Along with the disfiguration of his face, Monk’s mental state is retarded and he is trapped by an inability to communicate. Much like Mary Shelley’s monster in the much-referenced Gothic classic Frankenstein; or, The Modern Prometheus (1818), Monk is misunderstood and feared by the townsfolk who seem to completely lose sight of the man they once cared for and admired. This is what the film does so brilliantly – it has a compelling keen interest in the monstrosities of human intolerance, disgust, abuse, callousness and the fear of difference.

With the children’s nursery rhyme being reminiscent of The Birds, there is another set piece in Face of Fire that is reflected in Alfred Hitchcock’s ornithophobic masterpiece – that is, when a group of children sit around a table at a little girl’s birthday party and Monk appears in the window terrifying the little tykes. It seems to foreshadow the bird attack on young Veronica Cartwright’s seaside birthday party in Bodega Bay in Hitchcock’s eco-horror hit. Other standout moments in the film include Monk returning to his fiancé and staggering towards her while she screams in terror sliding across the floor and being cornered, a townsperson describing Monk as “the devil” with the wonderfully foreboding music underscoring his frenzied dialogue and Monk terrifying the townsfolk at an outdoor dance.

However, it is the incredibly moving ending sequence that stands out as a criminally undervalued and underrated coda to a pathos-driven monster movie. In the final moments, little Jimmy watches his old friend and fishing companion stretch out his arms, lost in the memory of being caught in the fire. He leaves the other children that have taunted Monk and walks over to the unfortunate outsider. Jimmy collects Monk’s hand, walking off with him to the fishing hole while his proud father and his wife (Bettye Ackerman) watch from the window with tears rushing down their cheeks.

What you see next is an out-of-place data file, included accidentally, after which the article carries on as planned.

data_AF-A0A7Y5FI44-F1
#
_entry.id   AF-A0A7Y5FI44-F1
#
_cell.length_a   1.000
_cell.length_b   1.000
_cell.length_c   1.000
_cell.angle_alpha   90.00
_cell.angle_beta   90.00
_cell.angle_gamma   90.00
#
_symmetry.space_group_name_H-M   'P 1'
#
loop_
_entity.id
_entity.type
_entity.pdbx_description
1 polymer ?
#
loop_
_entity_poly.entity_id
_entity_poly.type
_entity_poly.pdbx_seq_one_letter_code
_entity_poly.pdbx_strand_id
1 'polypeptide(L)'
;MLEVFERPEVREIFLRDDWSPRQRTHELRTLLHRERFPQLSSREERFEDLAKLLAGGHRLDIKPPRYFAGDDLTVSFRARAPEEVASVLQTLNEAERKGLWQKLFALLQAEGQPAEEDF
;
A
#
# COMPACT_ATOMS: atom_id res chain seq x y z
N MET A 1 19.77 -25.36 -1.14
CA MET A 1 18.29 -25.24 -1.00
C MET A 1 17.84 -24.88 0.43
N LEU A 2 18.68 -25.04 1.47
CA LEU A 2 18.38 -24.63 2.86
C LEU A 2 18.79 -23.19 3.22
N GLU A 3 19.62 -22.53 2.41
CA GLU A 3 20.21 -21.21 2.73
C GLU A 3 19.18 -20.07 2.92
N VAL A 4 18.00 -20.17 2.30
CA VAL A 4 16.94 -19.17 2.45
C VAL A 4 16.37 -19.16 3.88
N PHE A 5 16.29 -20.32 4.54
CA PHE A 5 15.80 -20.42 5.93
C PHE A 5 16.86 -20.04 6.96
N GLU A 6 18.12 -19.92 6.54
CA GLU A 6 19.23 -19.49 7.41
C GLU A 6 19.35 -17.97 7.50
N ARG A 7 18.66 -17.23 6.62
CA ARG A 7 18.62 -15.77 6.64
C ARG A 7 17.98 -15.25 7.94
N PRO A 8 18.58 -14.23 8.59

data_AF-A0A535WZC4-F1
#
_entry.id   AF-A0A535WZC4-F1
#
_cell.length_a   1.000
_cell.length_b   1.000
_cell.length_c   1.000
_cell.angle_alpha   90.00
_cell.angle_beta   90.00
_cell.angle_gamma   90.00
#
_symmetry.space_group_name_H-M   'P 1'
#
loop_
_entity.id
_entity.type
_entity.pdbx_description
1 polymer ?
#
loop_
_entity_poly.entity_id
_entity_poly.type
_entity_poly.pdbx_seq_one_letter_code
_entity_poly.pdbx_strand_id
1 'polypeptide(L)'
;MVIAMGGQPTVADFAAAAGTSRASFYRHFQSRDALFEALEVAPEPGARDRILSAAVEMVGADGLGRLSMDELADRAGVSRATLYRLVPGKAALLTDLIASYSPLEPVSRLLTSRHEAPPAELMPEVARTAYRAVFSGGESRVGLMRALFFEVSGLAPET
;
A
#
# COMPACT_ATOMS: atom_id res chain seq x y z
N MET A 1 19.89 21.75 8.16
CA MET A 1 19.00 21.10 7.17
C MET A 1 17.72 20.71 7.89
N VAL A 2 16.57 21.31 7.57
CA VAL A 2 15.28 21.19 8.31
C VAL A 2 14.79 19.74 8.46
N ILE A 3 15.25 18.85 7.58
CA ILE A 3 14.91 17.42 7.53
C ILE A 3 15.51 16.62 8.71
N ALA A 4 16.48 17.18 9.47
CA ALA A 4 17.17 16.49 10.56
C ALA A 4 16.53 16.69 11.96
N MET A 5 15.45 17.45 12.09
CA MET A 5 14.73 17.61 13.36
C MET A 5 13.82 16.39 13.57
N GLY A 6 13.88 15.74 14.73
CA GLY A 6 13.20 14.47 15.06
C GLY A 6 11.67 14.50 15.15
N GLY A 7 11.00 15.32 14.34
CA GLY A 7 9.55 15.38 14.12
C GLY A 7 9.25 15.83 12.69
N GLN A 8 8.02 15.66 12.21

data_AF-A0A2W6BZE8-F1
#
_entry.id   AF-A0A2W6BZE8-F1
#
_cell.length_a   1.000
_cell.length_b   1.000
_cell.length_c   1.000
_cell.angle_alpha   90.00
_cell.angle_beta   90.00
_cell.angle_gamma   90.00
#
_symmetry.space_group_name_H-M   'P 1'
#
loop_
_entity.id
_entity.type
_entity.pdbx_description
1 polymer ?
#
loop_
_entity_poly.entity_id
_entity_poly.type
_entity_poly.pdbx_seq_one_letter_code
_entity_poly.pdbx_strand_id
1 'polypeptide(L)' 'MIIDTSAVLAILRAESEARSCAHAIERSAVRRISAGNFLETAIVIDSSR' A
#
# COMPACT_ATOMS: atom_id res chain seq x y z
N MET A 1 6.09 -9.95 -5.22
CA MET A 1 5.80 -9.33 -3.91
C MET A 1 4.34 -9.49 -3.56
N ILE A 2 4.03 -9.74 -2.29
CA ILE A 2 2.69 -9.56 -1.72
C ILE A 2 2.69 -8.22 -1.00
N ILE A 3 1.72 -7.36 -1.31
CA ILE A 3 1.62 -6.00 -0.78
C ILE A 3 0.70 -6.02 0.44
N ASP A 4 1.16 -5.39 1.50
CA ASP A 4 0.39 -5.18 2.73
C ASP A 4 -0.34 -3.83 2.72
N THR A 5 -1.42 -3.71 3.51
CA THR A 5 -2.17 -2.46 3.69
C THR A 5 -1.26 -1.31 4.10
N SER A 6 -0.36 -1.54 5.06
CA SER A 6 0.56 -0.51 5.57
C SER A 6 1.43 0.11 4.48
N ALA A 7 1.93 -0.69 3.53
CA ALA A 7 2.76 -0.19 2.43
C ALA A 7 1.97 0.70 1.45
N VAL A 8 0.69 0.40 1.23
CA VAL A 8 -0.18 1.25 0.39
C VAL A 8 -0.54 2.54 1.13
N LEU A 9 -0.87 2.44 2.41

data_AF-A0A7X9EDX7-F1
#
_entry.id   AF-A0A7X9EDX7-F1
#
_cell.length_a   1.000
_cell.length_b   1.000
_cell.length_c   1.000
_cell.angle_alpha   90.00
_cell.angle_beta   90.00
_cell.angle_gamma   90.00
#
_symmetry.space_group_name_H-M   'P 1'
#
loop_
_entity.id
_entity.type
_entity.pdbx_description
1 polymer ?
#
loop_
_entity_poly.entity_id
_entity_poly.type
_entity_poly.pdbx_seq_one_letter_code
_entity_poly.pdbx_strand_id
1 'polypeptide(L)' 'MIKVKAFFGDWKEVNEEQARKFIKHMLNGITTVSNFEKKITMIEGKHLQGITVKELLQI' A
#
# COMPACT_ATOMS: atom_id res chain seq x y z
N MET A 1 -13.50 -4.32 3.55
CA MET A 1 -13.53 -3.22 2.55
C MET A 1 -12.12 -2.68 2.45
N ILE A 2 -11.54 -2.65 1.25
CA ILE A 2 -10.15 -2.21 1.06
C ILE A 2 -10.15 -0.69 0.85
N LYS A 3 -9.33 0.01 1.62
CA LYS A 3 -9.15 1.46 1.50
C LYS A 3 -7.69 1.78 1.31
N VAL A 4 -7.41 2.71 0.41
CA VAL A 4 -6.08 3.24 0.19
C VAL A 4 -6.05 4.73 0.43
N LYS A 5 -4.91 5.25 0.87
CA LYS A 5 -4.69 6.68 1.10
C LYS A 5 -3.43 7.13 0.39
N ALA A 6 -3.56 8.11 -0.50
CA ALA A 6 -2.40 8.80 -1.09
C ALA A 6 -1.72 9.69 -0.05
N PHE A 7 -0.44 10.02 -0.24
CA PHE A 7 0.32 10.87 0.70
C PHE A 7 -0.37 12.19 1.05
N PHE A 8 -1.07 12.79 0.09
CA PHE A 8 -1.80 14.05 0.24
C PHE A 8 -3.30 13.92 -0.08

Face of Fire

The visual styling is reminiscent of Charles Laughton’s The Night of the Hunter (1955) which also presents children as resourceful innocents that have a secret world hidden from adults, and it captures a sense of whimsical poetry that would be found later in films such as To Kill Mockingbird (1962). Disfiguration is a thematic element that propels the film’s basic surface plot, and it does it just as well as films such as David Lynch’s modern attempt at classicist cinema The Elephant Man (1980) and Peter Bogdanovich’s sunkissed Christ-figure biopic Mask (1985).

But it also is most definitely a horror film that runs a similar course to small town spook shows such as The Town That Dreaded Sundown (1976), The Dark Night of the Scarecrow (1981) and even the slasher classic The Burning (1981). The make-up design for the horrifically scarred and burnt Monk is effective and startling, and when he lumbers about with a cloak covering his face it is a distressing image. However, what is much more frightening is the ugliness that emerges as a result of the violence of the human spirit and the disconnection to empathy most of the characters that populate the film possess.

About Lee Gambin

Lee Gambin is a writer, author and film historian. He writes for Fangoria, Shock Till You Drop, Delirium, Warner Bros. and Scream Magazine. He has written the books Massacred By Mother Nature: Exploring the Natural Horror Film, We Can Be Who We Are: Movie Musicals of the 1970s and the soon to be released The Howling: Studies in the Horror Film. He runs Melbourne based film society Cinemaniacs and lectures on cinema studies, currently working on a lecture series called "Can You Dig It?: Tortured Young Men in Film from 1976-1986 while working on two new books - one on the Stephen King adaptation "Cujo" entitled Nope, Nothing Wrong Here: The Making of Cujo and another book with collaborator Cris Wilson called Tonight, On A Very Special Episode: A History of Sitcoms that Sometimes Got Serious.